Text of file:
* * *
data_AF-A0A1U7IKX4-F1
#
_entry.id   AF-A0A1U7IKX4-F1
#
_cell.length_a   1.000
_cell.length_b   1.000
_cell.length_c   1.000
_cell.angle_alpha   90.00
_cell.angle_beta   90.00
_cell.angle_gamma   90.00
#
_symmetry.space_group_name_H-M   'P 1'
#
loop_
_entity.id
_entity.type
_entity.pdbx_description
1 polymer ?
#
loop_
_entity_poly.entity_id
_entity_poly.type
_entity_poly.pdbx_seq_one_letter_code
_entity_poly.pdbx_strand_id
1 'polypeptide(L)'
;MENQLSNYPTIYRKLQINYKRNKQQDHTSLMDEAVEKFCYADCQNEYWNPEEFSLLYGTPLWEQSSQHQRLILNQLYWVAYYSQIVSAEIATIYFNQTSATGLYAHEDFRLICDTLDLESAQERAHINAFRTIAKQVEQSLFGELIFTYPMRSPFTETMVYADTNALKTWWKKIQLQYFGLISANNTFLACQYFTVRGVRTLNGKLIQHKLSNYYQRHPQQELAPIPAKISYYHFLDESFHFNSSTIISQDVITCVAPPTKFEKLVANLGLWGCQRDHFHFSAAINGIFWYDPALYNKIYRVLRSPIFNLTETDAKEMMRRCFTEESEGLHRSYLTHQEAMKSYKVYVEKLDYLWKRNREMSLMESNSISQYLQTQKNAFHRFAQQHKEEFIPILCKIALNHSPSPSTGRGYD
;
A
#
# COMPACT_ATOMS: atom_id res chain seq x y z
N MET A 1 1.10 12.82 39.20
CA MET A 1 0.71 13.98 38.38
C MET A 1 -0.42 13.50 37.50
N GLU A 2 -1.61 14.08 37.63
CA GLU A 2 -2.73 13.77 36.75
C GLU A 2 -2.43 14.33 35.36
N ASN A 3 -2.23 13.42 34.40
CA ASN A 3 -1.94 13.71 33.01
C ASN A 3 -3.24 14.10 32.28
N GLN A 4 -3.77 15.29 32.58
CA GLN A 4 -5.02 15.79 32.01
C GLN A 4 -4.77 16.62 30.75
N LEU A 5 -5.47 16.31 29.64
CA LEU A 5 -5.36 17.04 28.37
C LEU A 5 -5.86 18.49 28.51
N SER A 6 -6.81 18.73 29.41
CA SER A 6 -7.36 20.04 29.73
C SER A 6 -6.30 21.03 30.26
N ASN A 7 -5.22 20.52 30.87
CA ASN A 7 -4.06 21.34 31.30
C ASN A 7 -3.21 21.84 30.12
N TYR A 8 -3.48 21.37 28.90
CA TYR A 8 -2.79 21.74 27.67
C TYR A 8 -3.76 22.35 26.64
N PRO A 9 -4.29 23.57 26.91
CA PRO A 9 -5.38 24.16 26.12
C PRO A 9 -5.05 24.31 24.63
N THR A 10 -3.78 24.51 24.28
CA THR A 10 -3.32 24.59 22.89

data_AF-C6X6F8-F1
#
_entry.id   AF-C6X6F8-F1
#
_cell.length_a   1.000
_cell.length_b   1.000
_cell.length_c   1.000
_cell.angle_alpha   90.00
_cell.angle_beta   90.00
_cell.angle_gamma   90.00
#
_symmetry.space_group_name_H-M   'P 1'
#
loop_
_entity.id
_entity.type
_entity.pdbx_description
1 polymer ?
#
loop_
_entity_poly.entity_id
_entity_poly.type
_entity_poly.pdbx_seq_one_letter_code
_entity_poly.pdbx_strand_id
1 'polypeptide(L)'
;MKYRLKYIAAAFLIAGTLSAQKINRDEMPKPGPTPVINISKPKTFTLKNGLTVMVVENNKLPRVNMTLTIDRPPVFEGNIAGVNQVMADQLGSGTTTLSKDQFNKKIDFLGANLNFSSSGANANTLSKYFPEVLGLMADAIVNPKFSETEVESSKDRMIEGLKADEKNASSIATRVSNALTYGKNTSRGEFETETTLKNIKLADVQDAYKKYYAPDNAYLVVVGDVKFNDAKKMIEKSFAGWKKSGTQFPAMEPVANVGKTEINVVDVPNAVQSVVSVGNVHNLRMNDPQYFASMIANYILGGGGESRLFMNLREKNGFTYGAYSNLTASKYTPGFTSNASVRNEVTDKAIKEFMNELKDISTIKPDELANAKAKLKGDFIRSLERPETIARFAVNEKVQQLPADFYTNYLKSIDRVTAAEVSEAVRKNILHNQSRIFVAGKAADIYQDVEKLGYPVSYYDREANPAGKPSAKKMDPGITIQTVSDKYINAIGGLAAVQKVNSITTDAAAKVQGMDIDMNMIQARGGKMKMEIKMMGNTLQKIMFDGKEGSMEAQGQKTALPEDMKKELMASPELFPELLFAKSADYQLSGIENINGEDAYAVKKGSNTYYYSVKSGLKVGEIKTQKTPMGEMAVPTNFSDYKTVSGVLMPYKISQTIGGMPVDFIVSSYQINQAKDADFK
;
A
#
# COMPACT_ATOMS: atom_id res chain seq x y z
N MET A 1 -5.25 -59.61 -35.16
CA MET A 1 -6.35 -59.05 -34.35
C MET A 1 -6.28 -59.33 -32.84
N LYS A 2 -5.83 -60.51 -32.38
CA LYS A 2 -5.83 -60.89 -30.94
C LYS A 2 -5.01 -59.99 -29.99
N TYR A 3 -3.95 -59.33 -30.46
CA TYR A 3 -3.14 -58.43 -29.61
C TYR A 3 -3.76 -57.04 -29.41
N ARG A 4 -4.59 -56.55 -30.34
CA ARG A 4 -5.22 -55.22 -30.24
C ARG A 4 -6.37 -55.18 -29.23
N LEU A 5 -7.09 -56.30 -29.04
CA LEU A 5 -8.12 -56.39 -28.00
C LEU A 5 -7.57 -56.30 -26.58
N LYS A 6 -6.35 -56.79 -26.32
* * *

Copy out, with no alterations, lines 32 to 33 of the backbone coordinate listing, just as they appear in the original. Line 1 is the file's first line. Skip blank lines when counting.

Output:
CA MET A 1 0.71 13.98 38.38
C MET A 1 -0.42 13.50 37.50